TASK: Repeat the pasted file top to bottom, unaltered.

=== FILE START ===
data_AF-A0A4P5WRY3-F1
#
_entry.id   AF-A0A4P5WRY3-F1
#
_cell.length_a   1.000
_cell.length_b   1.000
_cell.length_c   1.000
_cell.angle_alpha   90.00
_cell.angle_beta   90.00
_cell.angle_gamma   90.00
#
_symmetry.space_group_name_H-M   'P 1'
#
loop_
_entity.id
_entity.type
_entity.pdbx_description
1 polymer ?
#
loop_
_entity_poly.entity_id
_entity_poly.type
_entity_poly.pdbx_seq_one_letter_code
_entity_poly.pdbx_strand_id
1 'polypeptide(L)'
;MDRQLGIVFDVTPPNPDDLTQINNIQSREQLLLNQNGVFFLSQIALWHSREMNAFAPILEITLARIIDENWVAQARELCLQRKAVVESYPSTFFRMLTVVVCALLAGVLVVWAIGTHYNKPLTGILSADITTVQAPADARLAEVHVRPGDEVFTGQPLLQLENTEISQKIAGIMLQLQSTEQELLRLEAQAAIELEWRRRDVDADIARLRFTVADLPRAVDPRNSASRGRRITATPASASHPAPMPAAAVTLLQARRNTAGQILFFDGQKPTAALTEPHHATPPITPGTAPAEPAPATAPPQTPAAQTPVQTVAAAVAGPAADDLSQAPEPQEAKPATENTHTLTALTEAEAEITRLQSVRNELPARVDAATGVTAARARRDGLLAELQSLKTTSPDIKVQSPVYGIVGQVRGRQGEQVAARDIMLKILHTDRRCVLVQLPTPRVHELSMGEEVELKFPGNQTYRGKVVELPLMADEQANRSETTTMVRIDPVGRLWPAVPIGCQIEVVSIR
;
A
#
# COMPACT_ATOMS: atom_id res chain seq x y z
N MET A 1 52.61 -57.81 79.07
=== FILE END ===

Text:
data_AF-A0A4P5WRY3-F1
#
_entry.id   AF-A0A4P5WRY3-F1
#
_cell.length_a   1.000
_cell.length_b   1.000
_cell.length_c   1.000
_cell.angle_alpha   90.00
_cell.angle_beta   90.00
_cell.angle_gamma   90.00
#
_symmetry.space_group_name_H-M   'P 1'
#
loop_
_entity.id
_entity.type
_entity.pdbx_description
1 polymer ?
#
loop_
_entity_poly.entity_id
_entity_poly.type
_entity_poly.pdbx_seq_one_letter_code
_entity_poly.pdbx_strand_id
1 'polypeptide(L)'
;MDRQLGIVFDVTPPNPDDLTQINNIQSREQLLLNQNGVFFLSQIALWHSREMNAFAPILEITLARIIDENWVAQARELCLQRKAVVESYPSTFFRMLTVVVCALLAGVLVVWAIGTHYNKPLTGILSADITTVQAPADARLAEVHVRPGDEVFTGQPLLQLENTEISQKIAGIMLQLQSTEQELLRLEAQAAIELEWRRRDVDADIARLRFTVADLPRAVDPRNSASRGRRITATPASASHPAPMPAAAVTLLQARRNTAGQILFFDGQKPTAALTEPHHATPPITPGTAPAEPAPATAPPQTPAAQTPVQTVAAAVAGPAADDLSQAPEPQEAKPATENTHTLTALTEAEAEITRLQSVRNELPARVDAATGVTAARARRDGLLAELQSLKTTSPDIKVQSPVYGIVGQVRGRQGEQVAARDIMLKILHTDRRCVLVQLPTPRVHELSMGEEVELKFPGNQTYRGKVVELPLMADEQANRSETTTMVRIDPVGRLWPAVPIGCQIEVVSIR
;
A
#
# COMPACT_ATOMS: atom_id res chain seq x y z
N MET A 1 52.61 -57.81 79.07